If you have started to notice that money matters are affecting your mental health, you are certainly not alone. According to recent surveys, money-related stress levels have reached a 7-year high in 2022, and over 72% of Americans now report feeling anxious about their finances.
But there are many strategies you can use to prevent money matters from dominating your life. The easy tips below can help you gain control over your situation and get back on track to reach your financial goals.
Take a hard look at your spending habits
The first step to take to improve your financial situation is to be clear on where you stand.
Today, around 64% of Americans live paycheck-to-paycheck or beyond their means, making it harder to save, pay down debt, or build a retirement fund. What’s more, around 40% of individuals with an annual income above $100,000 are only a paycheck away from poverty, while 12% of them struggle to pay their bills.
So, while earning more might help you in the short term, the only way to radically transform your financial situation is to address the spending habits (such as buying take-out coffee, eating out often, or buying unnecessary items) that are currently draining your funds.
Switch to a better credit card (and learn how to use it properly)
Credit cards are a double-edged sword. Using yours wisely might translate into a higher credit score and unparalleled rewards. However, Americans today deal with an average credit card debt of nearly $6,200 and interest rates as high as 15%–19%.
If your credit card isn’t serving your financial goals, consider seeking a different provider. For example, getting a new credit card approval is a great way to access lower interest rates, sign-up bonuses, better rewards, and cashback offers. What’s more, today’s credit card providers provide users with budgeting tools such as spending trackers, virtual piggy banks, and round-up tools.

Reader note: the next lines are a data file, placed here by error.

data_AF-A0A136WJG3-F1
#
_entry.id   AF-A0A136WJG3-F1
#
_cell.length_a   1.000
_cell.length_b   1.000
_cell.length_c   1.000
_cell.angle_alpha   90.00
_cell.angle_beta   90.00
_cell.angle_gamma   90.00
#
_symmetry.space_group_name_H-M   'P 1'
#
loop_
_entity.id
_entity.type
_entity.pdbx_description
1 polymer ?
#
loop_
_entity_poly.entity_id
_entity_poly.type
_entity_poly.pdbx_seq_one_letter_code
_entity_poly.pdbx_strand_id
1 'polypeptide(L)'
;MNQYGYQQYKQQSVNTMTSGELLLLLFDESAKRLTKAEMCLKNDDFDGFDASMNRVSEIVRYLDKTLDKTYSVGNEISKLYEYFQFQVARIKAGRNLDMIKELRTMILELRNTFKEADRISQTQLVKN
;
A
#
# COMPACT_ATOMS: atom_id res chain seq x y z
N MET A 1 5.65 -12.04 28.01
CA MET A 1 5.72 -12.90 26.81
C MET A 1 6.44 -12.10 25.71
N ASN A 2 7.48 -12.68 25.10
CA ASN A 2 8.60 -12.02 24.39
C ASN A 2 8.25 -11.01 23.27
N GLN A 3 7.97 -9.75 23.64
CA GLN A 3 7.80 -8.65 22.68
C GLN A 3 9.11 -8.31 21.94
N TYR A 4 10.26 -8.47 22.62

Pro tip: avoid worsening your credit card debt or running into fees by setting up automatic repayments and payments for monthly bills.
Start paying down your debt
A FINRA study shows that high debt, insufficient income, and low financial literacy are among the major stressors for those dealing with financial anxiety. But while a debt-free life isn’t a realistic goal for many Americans, there is a lot that you can do to start paying down debt and feel more in control of your finances.
Some tips to better manage debt include:
- Start by repaying high-interest loans.
- Consider consolidating your credit card debt.
- Refinance your home to take advantage of lower (or higher) monthly mortgage payments and better interest rates.
- Pay back more than the minimum each month.
Create a budget and stick to it
Only under a third of Americans prepare a household budget each month. However, a budgeting plan might be your best tool to reduce unnecessary expenses and devolve a portion of your income into savings or investments.
If you don’t have the time or patience to spend hours crafting a detailed budget, don’t worry! Strategies such as the 50/30/20 rule allow you to effectively manage your money by dividing your after-tax income into three main spending categories: needs, wants, and savings (or investing).
Save for emergencies and retirement
Among those dealing with financial concerns, 40% are significantly worried about not having enough for retirement. If you are concerned about supporting yourself and your family after retiring, today is the best time to start saving for it.
Consider opening an individual retirement account (IRA) and building your emergency fund to cover at least three months’ worth of expenses.
Don’t be afraid to ask for help
While finances should be an important aspect of everyone’s life, money matters can affect your mental health in several ways and end up dominating your life. If you have not been able to stop thinking about your financial problems, consider asking for help.
Partnering with an experienced financial advisor and a therapist might be the best investment you’ll make to gain financial freedom.
Helen Baumeister did her degree in psychology at the University of Hertfordshire. She is interested in mental health, wellness, and lifestyle.